Authors: Gomez-Hortiguela, L; Camblor, MA
Editorial Material; Book Chapter.
Struct. Bond.. vol: 175. page: 0081-5993.
Date: . 2018.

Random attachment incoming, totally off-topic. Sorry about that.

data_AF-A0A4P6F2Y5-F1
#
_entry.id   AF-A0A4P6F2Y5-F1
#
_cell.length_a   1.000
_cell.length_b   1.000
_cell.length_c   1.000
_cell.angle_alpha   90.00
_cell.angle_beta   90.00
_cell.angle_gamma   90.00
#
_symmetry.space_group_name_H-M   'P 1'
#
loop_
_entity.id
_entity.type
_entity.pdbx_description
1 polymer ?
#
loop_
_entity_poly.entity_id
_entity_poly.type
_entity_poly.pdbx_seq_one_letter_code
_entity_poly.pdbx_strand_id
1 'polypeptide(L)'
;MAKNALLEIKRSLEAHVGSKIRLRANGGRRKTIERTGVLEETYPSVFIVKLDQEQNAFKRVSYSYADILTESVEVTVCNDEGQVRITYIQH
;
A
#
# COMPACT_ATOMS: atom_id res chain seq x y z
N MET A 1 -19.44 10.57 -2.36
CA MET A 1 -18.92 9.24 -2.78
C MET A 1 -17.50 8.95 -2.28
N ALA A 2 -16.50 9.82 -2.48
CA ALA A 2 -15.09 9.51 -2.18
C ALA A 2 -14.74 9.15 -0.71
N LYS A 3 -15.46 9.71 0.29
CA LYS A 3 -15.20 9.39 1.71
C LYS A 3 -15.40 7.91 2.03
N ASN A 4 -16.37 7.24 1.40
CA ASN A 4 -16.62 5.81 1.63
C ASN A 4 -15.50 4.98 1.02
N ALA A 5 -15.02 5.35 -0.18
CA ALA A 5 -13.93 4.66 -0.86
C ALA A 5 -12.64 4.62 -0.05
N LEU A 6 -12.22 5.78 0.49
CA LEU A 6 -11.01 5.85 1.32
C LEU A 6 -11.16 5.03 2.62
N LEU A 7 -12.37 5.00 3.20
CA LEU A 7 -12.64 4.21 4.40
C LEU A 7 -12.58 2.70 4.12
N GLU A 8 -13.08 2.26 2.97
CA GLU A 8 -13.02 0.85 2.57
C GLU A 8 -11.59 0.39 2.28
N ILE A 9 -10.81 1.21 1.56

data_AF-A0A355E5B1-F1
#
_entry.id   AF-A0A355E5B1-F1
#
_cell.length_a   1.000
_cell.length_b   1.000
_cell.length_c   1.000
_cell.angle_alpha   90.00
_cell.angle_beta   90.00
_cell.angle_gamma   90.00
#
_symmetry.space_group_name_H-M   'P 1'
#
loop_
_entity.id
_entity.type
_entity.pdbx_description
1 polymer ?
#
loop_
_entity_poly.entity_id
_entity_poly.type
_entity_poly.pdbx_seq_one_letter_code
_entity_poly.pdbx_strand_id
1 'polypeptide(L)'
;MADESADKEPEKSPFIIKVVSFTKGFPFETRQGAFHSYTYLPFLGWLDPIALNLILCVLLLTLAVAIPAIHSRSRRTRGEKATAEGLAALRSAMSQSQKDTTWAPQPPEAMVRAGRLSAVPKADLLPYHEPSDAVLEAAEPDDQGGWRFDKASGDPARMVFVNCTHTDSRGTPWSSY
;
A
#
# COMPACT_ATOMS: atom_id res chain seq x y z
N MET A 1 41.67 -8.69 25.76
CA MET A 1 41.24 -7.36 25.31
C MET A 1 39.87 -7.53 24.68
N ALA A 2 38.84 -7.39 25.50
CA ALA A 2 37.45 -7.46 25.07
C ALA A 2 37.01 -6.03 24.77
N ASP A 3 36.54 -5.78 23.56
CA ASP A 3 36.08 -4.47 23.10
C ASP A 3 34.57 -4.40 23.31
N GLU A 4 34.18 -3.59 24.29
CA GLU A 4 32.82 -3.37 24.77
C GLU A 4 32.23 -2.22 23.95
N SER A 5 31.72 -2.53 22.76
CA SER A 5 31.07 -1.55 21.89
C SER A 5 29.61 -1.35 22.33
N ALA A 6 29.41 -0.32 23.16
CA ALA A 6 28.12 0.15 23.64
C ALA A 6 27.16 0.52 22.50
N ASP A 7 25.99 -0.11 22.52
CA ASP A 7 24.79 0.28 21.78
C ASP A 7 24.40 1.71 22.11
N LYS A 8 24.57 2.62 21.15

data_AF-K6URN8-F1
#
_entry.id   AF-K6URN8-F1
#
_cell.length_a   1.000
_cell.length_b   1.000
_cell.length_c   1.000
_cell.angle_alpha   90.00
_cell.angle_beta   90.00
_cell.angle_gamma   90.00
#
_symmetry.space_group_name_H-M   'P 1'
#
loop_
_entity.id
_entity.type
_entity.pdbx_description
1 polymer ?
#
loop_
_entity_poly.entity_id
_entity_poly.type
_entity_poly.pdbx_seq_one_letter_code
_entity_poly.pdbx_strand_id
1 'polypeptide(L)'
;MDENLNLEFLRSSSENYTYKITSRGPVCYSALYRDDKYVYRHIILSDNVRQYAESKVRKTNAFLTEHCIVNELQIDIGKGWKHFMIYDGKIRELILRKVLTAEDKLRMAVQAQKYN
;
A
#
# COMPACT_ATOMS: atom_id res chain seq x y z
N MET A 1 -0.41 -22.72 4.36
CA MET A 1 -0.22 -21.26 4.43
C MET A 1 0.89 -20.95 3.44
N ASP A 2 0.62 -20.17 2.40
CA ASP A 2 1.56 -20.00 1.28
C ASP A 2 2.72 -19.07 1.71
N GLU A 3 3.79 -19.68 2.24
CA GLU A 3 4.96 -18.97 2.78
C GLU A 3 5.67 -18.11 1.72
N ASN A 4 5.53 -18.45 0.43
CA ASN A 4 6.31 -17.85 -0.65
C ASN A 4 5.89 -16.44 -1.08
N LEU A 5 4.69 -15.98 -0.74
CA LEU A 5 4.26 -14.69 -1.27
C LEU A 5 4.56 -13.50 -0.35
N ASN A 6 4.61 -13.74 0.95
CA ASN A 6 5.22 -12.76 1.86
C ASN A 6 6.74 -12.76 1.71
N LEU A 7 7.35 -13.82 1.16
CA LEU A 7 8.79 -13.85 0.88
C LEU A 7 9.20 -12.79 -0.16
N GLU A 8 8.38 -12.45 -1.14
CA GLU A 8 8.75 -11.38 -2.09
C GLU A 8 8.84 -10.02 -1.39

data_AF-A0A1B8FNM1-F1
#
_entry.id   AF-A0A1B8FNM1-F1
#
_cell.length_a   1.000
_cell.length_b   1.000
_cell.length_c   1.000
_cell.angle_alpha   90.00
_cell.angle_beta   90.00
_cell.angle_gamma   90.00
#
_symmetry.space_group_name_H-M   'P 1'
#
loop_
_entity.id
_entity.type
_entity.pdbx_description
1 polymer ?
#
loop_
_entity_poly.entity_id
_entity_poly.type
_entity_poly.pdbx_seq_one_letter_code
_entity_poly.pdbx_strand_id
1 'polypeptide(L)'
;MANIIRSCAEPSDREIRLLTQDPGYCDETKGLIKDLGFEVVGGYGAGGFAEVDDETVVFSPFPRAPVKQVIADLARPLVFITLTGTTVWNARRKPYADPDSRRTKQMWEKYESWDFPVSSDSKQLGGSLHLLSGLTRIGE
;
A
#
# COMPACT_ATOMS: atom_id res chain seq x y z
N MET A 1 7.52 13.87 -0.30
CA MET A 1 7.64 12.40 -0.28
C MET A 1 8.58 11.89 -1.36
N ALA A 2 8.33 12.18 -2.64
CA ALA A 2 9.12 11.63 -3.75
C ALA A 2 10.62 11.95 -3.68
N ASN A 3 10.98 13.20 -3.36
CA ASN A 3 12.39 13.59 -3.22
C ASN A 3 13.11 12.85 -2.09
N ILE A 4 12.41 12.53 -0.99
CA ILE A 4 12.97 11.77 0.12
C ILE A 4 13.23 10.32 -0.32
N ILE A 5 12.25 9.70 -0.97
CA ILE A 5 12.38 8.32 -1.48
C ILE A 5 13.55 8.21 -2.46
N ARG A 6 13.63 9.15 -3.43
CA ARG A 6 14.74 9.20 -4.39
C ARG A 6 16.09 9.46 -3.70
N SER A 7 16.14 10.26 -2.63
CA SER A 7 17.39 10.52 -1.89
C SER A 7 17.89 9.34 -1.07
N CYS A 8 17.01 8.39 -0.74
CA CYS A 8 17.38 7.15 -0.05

During the last years, a tremendous progress has been achieved in the application of new zeolite materials in many different sectors through different pioneering innovations in the field of zeolite synthesis. At the very core of the production of these new zeolite materials lies the use of organic species as structure-directing agents (SDA), which has been recognized as the most important factor to determine the zeolite product rendered after the crystallization process. These organic species organize the inorganic zeolitic units and drive the crystallization pathway towards the production of particular zeolite framework types. This structure-direction phenomenon frequently works in combination with several other factors related to the chemical composition of the synthesis gels, mainly use of fluoride, concentration (H2O/T ratio), and presence of different heteroatoms, which are also relevant for the crystallization of particular zeolite materials. Several properties determine the structure-directing effect of these organic species, especially their molecular size and shape, hydrophobicity, rigidity vs flexibility, and hydrothermal stability. The properties of the zeolitic materials synthesized can be tuned up to a certain point through the use of rationally selected organic species with particular physico-chemical features as SDA. In this introductory chapter, we briefly review the history of the use of organic cations as SDAs, and give the fundaments of the different aspects related to this structure-direction phenomenon and factors affecting it, explaining the main properties of SDAs, providing some examples of recent uses and trends of organic SDAs, as well as the host-guest chemistry involved. In addition, we pay particular attention to the use of imidazolium-based organic cations as SDAs because of their current relevance in the synthesis of new zeolite materials..